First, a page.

Covid-19 and our children
While it is agreed that compared with the general population, COVID-19 infections are much less prevalent in children, and also less severe when they do occur, the effect of the pandemic on their overall wellbeing should not be underestimated.
We are now into what normally would have been the seventh week of the second term of the school year, but classrooms in St Vincent and the Grenadines remain shut, with lessons being delivered virtually at all levels. Based on community spread of COVID-19 and the large number of active cases in our midst, it is unlikely that face-to-face classes will resume this term. Last year, a similar situation played out when our children missed out on the entire third term of the 2019/2020 school year.
According to Organization of Eastern Caribbean States (OECS) data, the COVID-19 pandemic has affected 1,149 institutions from the early childhood to tertiary level, impacting 152,317 students and 10,859 teachers in English-speaking OECS territories.
In the sub-region, including here in St Vincent and the Grenadines, it has been found that education during the pandemic has heightened existing equity concerns and presents new ones, with primarily students of low socioeconomic status and from areas with limited connectivity being disproportionately affected.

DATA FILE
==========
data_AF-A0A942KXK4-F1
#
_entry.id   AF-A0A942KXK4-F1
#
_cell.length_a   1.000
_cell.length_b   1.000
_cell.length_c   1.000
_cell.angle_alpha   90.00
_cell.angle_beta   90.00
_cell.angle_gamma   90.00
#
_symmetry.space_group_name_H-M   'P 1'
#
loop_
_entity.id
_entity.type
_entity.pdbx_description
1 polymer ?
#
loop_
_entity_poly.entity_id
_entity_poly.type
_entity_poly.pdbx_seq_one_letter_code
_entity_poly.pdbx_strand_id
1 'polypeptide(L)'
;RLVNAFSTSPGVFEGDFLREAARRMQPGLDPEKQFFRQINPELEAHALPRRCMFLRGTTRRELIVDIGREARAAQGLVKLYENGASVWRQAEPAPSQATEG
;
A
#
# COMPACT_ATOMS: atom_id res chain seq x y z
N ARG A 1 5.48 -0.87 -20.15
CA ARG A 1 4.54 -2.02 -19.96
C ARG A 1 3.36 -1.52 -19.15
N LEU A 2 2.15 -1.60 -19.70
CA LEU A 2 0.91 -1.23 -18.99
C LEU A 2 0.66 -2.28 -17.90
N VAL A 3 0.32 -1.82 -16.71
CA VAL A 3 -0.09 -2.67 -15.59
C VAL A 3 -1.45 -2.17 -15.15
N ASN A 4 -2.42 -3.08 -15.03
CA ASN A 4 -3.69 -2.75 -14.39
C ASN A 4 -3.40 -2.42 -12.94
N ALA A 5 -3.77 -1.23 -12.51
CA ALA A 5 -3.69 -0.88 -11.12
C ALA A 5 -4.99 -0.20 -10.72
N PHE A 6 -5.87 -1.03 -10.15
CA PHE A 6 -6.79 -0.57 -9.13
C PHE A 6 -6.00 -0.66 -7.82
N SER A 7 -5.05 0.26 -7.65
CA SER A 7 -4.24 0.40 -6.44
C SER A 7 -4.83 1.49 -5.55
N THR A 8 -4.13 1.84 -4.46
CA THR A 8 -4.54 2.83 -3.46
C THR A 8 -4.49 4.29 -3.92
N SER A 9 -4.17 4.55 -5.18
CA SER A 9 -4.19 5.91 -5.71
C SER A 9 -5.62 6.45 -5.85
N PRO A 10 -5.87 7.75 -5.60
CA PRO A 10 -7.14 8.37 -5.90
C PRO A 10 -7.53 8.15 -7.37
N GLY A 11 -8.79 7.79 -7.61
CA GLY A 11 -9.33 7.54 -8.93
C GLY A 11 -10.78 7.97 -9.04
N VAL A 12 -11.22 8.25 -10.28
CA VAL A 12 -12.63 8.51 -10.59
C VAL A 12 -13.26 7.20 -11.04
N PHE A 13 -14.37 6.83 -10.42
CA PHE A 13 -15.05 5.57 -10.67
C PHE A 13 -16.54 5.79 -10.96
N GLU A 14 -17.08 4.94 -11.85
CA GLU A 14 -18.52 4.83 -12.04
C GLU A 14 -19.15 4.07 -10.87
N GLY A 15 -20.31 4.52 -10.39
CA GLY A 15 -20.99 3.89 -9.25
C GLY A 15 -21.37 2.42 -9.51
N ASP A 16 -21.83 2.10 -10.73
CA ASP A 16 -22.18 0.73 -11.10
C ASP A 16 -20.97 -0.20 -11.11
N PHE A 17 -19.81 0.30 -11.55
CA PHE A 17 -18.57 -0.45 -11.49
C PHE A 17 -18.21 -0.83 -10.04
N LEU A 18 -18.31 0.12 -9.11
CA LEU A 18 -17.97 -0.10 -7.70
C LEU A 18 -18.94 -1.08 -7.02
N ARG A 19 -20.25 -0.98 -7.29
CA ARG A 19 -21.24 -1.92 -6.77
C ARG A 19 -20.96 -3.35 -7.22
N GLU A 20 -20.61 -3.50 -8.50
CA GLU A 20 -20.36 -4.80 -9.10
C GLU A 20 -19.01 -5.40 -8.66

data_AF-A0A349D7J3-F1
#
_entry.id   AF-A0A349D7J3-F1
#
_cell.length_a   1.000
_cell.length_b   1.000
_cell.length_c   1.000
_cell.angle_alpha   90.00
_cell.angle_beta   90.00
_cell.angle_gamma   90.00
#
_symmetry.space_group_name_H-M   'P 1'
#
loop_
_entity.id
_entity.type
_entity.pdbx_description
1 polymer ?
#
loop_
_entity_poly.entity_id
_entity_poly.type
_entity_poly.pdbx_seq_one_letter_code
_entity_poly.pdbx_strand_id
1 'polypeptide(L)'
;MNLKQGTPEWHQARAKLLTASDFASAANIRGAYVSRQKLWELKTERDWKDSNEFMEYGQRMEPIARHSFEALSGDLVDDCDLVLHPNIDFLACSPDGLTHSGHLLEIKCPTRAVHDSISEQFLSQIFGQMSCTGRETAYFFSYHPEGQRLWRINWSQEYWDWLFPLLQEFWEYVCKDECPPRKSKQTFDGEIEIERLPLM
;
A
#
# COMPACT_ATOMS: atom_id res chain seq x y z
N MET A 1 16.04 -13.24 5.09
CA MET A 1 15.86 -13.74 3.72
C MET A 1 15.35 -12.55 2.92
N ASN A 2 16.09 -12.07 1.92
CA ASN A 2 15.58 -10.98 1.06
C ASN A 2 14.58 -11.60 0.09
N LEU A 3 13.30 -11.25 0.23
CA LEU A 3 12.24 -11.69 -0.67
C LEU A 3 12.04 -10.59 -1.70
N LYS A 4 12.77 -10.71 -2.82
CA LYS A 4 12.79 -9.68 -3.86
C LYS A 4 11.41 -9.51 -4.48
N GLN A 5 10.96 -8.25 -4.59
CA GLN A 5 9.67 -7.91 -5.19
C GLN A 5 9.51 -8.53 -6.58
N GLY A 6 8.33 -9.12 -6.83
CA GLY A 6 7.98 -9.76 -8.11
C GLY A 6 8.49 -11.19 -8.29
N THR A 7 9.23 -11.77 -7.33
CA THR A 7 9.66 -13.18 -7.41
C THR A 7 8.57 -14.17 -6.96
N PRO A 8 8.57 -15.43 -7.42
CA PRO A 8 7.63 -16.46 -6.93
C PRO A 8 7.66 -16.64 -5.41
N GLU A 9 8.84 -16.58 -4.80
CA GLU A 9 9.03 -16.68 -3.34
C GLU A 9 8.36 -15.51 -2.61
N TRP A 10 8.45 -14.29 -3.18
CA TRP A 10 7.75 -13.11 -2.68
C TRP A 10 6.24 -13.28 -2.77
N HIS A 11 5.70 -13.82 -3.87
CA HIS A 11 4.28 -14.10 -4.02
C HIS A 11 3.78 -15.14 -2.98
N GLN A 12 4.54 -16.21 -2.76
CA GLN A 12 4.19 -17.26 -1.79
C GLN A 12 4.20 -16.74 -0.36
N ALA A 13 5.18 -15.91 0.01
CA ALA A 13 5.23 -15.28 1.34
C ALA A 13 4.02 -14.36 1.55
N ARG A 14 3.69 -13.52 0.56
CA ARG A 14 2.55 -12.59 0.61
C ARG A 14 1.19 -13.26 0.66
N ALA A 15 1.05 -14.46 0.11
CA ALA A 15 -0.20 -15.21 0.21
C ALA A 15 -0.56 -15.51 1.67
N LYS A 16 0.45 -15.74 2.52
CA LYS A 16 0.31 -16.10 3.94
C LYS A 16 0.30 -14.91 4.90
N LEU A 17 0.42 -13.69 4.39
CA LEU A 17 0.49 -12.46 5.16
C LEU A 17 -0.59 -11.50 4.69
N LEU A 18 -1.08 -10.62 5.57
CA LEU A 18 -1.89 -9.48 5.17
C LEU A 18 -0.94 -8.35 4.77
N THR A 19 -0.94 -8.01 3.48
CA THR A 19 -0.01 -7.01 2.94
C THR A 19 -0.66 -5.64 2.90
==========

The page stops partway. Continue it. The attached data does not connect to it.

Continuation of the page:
Even in cases where governments, telecommunications companies and interest groups have stepped in to provide digital devices, free data and electricity connections, educators acknowledge that in many respects, virtual learning cannot replace face-to-face interaction, especially for younger children. The longer virtual learning continues, the greater the possibility that some children will experience lapses and fall behind their peers. This situation is particularly worrying for students in grades 5 and 6; forms 4 and 5; and even those in sixth form, who must sit terminal exams in a few months’ time.
But there are dangers beyond the educational deficits. A recent survey of 175 pediatric disease experts in the United States has revealed that they fear that the mental health crisis caused by schools remaining closed will be a worse pandemic than COVID-19. These experts recommend that schools be re-opened as soon as possible.
If Vincentians need motivation, beyond the need to preserve lives and livelihoods, for slavishly sticking to the COVID-19 protocols, it lies with our children. Their suffering may not be immediately obvious, but the effect of this prolonged period of virtual school may present itself in months and years to come. We all need to do everything in our power to reduce the spread of COVID-19 so that our lives could return to as close to normalcy as possible and our children return to school. This requires the cooperation of all, not some of us.